Smartwatches are exciting in theory — who hasn't dreamed of a future where you can check your email, order a pizza, and call home all from your wrist? In reality, though, smartwatches all have two contradictory problems: the watch is too big and the screen is too small. Now, a design from Carnegie Mellon University is turning that obstacle on its head.
Turn Your Skin Into a Touchscreen
Feast your eyes on SkinTrack, the latest prototype from the school's Future Interfaces Group, also known as FIG. Basically, they realized that the only way to make the touchscreen bigger without increasing the size of the watch would be to extend the screen beyond the watch itself. So that's exactly what they did. Your wrist becomes the touchscreen.
SkinTrack works thanks to a set of sensors mounted on the side and a ring you wear on your opposite hand. That's all it takes for the watch to be able to detect exactly where you're swiping, pressing, and gesturing. It opens the door to a whole suite of features that would be basically impossible on a watch-sized screen. Like, for example, drawing. How are you supposed to draw sunglasses on a picture of your cat if you've got to draw it with your giant finger on a screen the size of a silver dollar? But since SkinTrack knows where your finger is, you can draw those shades right on the back of your hand. Then just swipe up or right to move to your main screen or a different app.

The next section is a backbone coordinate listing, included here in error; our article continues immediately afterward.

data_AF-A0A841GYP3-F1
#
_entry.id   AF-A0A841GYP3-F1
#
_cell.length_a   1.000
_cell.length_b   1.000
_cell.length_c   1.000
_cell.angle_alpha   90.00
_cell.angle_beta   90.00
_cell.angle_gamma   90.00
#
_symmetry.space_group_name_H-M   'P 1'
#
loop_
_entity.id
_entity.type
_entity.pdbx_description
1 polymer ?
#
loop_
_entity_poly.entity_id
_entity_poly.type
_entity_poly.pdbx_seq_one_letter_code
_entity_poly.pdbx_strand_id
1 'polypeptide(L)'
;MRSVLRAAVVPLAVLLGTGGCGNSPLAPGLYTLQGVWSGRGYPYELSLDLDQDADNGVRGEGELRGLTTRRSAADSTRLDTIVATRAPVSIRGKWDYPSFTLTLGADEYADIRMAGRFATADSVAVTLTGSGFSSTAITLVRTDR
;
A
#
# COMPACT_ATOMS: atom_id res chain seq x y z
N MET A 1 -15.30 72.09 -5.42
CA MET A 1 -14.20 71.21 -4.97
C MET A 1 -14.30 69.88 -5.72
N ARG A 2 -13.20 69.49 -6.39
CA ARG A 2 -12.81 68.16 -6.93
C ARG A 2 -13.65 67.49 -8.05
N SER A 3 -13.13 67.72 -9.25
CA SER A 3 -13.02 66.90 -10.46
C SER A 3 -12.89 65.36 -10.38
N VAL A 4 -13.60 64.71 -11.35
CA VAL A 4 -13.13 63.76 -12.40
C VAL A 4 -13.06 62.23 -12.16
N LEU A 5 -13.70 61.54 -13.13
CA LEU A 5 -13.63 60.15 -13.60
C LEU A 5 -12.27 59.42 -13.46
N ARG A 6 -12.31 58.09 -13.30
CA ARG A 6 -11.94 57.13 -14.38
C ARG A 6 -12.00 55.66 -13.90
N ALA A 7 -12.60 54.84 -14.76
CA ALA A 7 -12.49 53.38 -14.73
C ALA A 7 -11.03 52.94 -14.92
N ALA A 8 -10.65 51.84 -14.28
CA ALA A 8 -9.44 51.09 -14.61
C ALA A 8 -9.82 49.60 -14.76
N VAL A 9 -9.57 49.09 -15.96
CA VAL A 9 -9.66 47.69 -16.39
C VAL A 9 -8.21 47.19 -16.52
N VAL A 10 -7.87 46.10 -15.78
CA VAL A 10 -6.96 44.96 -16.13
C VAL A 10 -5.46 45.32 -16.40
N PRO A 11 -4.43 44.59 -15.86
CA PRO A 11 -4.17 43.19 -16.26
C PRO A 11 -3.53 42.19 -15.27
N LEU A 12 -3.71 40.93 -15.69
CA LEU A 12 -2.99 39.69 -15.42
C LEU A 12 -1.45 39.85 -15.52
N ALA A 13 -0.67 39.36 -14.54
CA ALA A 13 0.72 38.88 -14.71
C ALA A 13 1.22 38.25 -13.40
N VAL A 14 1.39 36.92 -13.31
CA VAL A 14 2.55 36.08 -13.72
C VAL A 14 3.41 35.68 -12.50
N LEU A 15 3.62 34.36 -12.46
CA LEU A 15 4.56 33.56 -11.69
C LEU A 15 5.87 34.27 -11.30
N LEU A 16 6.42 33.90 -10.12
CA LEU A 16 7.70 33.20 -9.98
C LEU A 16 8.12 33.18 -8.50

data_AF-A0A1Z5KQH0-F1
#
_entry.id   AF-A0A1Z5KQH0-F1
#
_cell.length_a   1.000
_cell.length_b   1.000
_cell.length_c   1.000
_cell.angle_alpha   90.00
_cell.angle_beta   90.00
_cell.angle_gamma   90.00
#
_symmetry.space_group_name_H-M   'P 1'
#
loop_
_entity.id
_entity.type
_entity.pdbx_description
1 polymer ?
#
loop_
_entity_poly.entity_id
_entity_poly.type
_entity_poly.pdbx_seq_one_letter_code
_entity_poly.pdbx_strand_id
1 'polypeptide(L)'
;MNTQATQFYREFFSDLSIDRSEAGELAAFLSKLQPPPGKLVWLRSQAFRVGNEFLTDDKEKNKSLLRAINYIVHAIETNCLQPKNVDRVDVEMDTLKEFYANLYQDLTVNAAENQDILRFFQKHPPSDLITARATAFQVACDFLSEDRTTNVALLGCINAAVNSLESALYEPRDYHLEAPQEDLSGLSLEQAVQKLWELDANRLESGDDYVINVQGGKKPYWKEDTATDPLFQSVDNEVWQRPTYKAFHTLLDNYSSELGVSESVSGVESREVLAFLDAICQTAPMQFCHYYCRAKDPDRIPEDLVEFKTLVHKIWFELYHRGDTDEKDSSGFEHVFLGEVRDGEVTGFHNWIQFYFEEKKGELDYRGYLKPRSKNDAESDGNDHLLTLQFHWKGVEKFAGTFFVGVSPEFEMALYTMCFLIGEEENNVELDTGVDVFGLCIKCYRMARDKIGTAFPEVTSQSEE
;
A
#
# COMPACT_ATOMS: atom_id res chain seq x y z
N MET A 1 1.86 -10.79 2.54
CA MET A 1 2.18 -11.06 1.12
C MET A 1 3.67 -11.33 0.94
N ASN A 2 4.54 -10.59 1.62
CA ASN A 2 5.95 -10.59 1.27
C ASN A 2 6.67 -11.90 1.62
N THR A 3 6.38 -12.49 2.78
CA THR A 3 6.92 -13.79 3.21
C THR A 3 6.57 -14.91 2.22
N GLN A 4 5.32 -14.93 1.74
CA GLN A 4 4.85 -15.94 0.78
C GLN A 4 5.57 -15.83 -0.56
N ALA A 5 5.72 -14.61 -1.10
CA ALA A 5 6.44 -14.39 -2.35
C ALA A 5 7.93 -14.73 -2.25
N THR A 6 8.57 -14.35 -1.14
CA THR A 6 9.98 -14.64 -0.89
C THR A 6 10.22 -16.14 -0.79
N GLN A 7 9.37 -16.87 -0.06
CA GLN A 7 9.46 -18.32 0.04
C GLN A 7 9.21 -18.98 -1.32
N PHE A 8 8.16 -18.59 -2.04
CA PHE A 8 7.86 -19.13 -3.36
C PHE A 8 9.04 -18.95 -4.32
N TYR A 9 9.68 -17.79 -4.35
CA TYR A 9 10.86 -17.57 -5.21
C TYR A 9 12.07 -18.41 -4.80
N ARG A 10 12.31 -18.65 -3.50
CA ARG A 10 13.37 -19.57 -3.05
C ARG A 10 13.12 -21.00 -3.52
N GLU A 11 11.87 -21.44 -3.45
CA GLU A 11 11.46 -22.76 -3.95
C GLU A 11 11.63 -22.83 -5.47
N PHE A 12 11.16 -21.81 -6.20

But forget drawing. One of the features we're most excited about is a whole new way to keep your apps all in order. Basically, SkinTrack lets you drag Spotify to your elbow, Facebook to your mid-forearm, your fitness tracker to your wrist — you get the picture. Whatever configuration you end up with, you just have to tap on the section of your arm with the application to open it up on your phone. This is some serious "Minority Report" technology.
The No-Touch Touchscreen
SkinTrack isn't FIG's first attempt at a smartwatch where the screen is bigger than the watch. Check out the AuraSense, which doesn't even require a ring to track. Instead, it detects the electromagnetic fields that surround your fingers. In some ways, it's more advanced and exciting than the version that tracks the positions of your hands. Unfortunately, your electromagnetic field isn't that powerful — so it can really only tell when your finger is within a couple of centimeters. Still, both watches are proof that the future might involve teeny-tiny devices with screens that can't be contained.